2016 Toyota Corolla SE – Winter Drive Review
Tim Esterdahl | Dec 01, 2015 | Comments 9
Call me old fashioned, but when wintry weather arrives, I like a big heavy truck or car, wide rubber tires and a large engine. I know, ice is ice, but still I just feel better driving in those conditions. Yet, this time, I had the light, 18.L four-cylinder 2016 Toyota Corolla SE with special tires in my driveway. All my talk about needing the heavier vehicle was mostly proven wrong. The Corolla SE did pretty well and even carried my family of 5 around town.
When thinking about writing this review, I initially considered writing a standard one about the car, changes, powertrain, fuel economy, etc… Yet, I really didn’t think about these things much during my week of driving it. Instead, right after they dropped it off, the temperature plummeted, snow fell and the winds kicked up. For the past 6 days, the weather has been anything fall like actually. Temps have never gotten above 30 degrees and roads have consistently had icy spots. These conditions really made me question the Corolla SE with its skinny tires, front-wheel drive, small engine and continuously variable transmission. This configuration is more a “looks” package to me with the blacked out wheels and special accent interior trim lines. And it certainly gave me pause before I drove it.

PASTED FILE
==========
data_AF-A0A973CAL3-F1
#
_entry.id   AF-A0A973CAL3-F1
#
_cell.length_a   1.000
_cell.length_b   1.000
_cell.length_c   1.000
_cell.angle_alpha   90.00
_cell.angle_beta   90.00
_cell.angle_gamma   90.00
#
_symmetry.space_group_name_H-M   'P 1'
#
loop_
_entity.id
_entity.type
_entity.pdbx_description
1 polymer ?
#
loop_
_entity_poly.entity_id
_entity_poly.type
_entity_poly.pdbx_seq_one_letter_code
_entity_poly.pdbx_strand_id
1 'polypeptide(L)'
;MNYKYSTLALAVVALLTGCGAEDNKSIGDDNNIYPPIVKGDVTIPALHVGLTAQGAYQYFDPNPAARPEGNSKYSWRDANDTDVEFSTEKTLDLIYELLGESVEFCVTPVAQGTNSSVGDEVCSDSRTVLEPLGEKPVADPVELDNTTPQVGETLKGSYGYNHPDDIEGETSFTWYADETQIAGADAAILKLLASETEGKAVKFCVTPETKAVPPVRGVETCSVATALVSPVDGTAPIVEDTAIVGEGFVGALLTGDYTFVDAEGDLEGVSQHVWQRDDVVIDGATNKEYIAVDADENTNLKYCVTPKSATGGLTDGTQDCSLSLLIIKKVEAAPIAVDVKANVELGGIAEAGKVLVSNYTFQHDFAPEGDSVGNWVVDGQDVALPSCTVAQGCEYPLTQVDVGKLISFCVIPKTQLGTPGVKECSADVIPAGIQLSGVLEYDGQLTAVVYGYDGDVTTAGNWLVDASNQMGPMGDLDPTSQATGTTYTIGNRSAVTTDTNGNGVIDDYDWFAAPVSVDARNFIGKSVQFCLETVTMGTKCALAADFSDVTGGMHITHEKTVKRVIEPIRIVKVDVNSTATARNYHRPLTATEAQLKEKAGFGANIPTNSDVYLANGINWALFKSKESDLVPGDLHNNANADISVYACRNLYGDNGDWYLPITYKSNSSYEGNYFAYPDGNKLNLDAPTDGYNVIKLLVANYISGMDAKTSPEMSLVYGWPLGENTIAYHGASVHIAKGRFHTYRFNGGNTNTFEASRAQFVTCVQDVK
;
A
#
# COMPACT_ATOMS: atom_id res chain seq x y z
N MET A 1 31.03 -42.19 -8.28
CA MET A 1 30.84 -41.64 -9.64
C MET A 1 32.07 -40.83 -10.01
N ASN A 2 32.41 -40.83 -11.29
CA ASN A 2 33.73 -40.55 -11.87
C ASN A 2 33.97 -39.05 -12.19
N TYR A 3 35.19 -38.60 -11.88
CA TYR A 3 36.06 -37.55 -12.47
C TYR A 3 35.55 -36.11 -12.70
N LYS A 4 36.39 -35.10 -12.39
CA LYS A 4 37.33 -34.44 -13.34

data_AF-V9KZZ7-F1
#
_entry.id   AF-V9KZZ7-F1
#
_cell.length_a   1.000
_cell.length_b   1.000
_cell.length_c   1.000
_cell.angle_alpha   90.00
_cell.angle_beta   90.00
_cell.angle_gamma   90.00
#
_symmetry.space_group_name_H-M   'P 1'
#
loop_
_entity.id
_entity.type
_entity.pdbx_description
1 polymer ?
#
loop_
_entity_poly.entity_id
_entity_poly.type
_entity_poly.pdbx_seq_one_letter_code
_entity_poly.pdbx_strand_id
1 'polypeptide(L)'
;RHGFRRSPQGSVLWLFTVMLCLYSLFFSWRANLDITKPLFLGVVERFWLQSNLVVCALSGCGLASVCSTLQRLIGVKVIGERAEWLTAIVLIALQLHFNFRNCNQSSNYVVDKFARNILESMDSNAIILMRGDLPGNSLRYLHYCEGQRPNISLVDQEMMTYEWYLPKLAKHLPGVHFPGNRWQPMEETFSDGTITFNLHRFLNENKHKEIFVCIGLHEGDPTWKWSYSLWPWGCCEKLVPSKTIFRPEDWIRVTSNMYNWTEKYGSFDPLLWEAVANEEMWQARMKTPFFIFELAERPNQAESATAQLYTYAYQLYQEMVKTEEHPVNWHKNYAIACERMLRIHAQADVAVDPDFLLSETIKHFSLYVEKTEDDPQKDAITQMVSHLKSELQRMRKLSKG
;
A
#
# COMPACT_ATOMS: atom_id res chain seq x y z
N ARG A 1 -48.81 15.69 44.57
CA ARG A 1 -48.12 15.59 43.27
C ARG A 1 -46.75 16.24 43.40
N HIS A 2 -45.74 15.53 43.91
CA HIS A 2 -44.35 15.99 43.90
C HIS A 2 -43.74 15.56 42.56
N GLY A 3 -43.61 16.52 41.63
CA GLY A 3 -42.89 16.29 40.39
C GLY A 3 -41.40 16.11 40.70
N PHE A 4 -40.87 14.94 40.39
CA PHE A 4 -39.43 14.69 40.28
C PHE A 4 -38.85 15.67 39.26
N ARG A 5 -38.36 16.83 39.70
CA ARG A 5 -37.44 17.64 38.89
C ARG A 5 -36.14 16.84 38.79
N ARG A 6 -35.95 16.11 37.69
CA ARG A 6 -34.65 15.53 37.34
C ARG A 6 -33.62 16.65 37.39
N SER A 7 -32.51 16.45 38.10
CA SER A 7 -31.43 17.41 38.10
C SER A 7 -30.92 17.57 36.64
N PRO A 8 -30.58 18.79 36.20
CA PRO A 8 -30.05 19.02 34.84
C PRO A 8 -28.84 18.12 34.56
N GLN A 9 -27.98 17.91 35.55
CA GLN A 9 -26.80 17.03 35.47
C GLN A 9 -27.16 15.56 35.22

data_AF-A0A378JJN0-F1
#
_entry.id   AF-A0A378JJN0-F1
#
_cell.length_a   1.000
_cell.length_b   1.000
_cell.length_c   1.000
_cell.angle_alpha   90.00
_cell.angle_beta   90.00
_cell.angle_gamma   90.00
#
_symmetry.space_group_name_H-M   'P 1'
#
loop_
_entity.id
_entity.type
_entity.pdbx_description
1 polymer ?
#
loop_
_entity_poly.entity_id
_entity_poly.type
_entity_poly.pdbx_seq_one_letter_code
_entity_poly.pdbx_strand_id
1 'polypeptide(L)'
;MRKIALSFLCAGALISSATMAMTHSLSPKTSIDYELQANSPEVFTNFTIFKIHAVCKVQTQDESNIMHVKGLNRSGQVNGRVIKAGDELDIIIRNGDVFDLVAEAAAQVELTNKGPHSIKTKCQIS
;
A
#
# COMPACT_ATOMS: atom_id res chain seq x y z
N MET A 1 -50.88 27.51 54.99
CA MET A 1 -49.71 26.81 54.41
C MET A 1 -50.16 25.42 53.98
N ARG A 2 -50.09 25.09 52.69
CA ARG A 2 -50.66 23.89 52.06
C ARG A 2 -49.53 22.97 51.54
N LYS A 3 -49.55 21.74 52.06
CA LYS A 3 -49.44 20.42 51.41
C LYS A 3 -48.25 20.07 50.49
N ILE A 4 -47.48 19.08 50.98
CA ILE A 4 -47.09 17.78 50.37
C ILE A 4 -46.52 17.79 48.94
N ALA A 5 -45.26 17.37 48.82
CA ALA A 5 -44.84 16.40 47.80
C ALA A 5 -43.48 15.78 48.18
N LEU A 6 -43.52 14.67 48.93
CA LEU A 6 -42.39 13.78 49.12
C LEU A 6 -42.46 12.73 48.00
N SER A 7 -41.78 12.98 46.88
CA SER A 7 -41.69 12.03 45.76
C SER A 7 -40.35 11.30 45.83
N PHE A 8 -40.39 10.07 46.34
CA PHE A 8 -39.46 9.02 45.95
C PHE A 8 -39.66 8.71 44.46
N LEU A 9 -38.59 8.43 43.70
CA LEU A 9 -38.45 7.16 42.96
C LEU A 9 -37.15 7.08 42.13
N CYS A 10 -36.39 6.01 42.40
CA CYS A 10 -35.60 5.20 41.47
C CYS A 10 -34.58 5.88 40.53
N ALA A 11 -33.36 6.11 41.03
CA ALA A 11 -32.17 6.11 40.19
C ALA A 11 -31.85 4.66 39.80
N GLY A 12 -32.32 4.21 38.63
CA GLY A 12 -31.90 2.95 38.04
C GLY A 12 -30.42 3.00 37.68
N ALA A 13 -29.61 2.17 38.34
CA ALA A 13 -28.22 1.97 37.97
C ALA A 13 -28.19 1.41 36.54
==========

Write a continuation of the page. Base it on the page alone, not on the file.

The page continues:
While I strongly considered driving something else, I also was really curious how the car would really perform in the wintry conditions. I mean, if I were to buy this vehicle or if I were a parent buying this vehicle for my child, winter driving ability would be high up on my priority list. Frankly, I also wanted to know how my bias thoughts against skinny, “looks” P215/45R17 tires would do in the challenging conditions.
During the week of driving it, I really drove it. I mean from trips to family gatherings to a long highway trip, I put more miles on this press loan than I typically do. Not really aiming to do so, just the result of a holiday week of travel. How did it do? It did pretty well. While, I am a big V8 kind of guy, the smaller engine held its own into the wind and facing piles of snow. Now, it didn’t excel in those conditions – to be fair, the list of vehicle that would is fairly short – yet I didn’t have to manually shift or really work the powertrain to get where I needed to go.
On ice and snow-packed roads, the Corolla only engaged the anti-lock brakes a handful of times and slipped very rarely. While I wasn’t pushing like I would in other vehicles, I drove cautiously and it handled the elements.
Another area it surprised me was in the seating. Officially, Toyota says the Corolla will hold 5 people. However, it is a compact vehicle and I have concerns with such vehicles and my family of 5. In our family, we have one car seat, one teenager and one kindergartner. On numerous occasions, I drove with either another person, several people and even once with the entire family. Much to my surprise, the Corolla held everyone and we were all cozy. Not at a lot of space left over to be sure, but enough.
The only real issues I had with the Corolla was how it handled the road. I found the road bumps to be quite harsh, steering to be a little sluggish and throttle response to be slow. Yet, I was carrying quite a bit of passenger weight and mostly driving in challenging conditions.